Widening participation
Law

Access to the Professions: Inspiring and engaging students in secondary state schools

In this post, Anais Banag, a fourth-year law student at Edinburgh Law School, shares her experience of being involved with ‘Access to the Professions’, a programme that provides secondary state school students with opportunities, encouragement and detailed advice about careers in law, medicine and veterinary medicine, as well as guidance on school course choices and the UCAS application process. This article was originally published on the University of Edinburgh's Teaching Matters blog.

 

When discussing widening participation, attention is often focused on the last two years of secondary school. It is in these two years, principally the last, where the students feel the pressure, and this can be extremely daunting. Access to the Professions (ATTP) subverts these expectations by providing its support and services to students at an earlier, yet crucial, stage in the journey to achieving a career in law, medicine or veterinary medicine. In doing so, they embody the first important strand of the Widening Participation strategy: Aspiration and Early Engagement.

Despite having often flirted with the idea of studying law, particularly after watching gripping episodes of Law and Order, I had never given much consideration to what would be required to become a law student. I had no exposure to law and, in fifth year, when I approached a local law firm with my sparse CV I was turned away. I knew no lawyers, my parents knew no lawyers, and my school work experience had been limited to working in the local council. Common barriers that many prospective law, medicine and veterinary medicine students face are due to these subjects not existing at secondary level, lack of school knowledge, and no school or family connections or sometimes support. It is at this stage that it is very easy for students to discount their aspirations, but, fortunately, I became involved with Edinburgh’s Access to the Professions early on. I had received my results, and was wondering what was possible for me, when I remembered that I had seen their flyer at school.

The importance of early engagement is it that turns a fanciful thought into a real possibility and provides the student with a goal. In fourth year, university seemed very distant but the mere alert of their emails and notification of the opportunities available, kept my dream in my line of sight. What I appreciated most about Access to the Professions at this early stage was that there was never any pressure for me to participate. At first, my engagement was merely passive, but this allowed me to decide if law really was something that I was interested in. Access to the Professions understood that everyone moves at their own pace and that, especially at such a young age, dreams change.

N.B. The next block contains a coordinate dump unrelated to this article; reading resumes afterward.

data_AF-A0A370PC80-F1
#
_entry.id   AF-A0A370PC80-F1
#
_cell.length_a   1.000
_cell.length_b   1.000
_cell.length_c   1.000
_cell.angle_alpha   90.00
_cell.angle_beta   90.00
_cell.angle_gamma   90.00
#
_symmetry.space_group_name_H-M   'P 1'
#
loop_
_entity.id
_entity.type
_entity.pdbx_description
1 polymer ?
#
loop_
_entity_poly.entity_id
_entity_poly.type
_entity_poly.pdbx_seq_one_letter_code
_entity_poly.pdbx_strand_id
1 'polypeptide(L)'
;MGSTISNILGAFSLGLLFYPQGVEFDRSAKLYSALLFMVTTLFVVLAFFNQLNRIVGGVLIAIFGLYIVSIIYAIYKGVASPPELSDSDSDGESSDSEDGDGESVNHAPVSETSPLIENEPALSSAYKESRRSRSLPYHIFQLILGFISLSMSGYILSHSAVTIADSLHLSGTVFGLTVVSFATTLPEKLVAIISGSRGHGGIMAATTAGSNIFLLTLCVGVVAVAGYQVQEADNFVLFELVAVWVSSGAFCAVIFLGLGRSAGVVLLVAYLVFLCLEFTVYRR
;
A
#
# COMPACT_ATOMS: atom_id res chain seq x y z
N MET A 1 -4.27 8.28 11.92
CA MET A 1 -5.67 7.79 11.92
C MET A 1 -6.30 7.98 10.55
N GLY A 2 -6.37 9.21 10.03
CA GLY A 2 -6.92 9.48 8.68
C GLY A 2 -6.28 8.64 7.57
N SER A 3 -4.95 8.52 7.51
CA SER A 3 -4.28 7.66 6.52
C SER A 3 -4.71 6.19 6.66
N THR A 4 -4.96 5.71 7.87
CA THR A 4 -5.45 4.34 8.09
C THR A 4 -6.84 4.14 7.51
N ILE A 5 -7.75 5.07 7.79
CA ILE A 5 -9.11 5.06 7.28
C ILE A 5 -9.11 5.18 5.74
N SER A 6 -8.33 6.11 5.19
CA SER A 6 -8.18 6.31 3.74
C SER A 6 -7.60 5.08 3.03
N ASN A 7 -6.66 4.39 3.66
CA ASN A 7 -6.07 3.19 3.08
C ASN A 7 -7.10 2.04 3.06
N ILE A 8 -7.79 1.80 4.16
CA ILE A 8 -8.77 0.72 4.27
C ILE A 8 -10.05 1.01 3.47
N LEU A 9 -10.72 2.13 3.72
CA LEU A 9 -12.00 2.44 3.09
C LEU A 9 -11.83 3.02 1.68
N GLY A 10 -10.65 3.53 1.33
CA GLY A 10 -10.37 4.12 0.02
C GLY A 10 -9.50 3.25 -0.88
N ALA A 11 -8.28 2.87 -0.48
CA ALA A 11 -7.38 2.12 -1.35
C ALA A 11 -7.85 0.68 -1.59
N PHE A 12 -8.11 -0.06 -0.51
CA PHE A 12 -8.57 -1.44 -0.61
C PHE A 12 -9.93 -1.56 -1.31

The best-prepared applicants are able to show that they have a realistic view of the life, skills and qualities of a lawyer, doctor or vet.

As a high school student, this quote was very daunting. However, I was dedicated to gaining this experience, and this is where the support provided by Access to the Professions became invaluable. An example of the help is the work experience opportunity they provided. The support was multi-layered: to apply I had to write about myself and why I would be right for the role, and this allowed me to practice the kind of writing and self-promotion I would need in my application for university, and later traineeships. That was support in itself. In addition, when chosen I was not only able to develop a clearer outlook of what would be involved in a law career but also forge my own connections, which I then used to set up further work experience opportunities myself. They bridged the gap that my dedication and perseverance could not and provided me opportunities that I could then use to further my experience.

Furthermore, the various events held by Access to the Professions, such as ‘So You Want to be a Lawyer?’ allowed me to have a better understanding of what would be desired of me as a law student. I met current students, other prospective students, practising solicitors, and advocates, and became familiar with the university. The exposure to the campus, students and course also provided support in that, by the time that I had chosen The University of Edinburgh, I did not feel any trepidation at the thought of going into an unfamiliar environment. I already felt part of The University of Edinburgh community.


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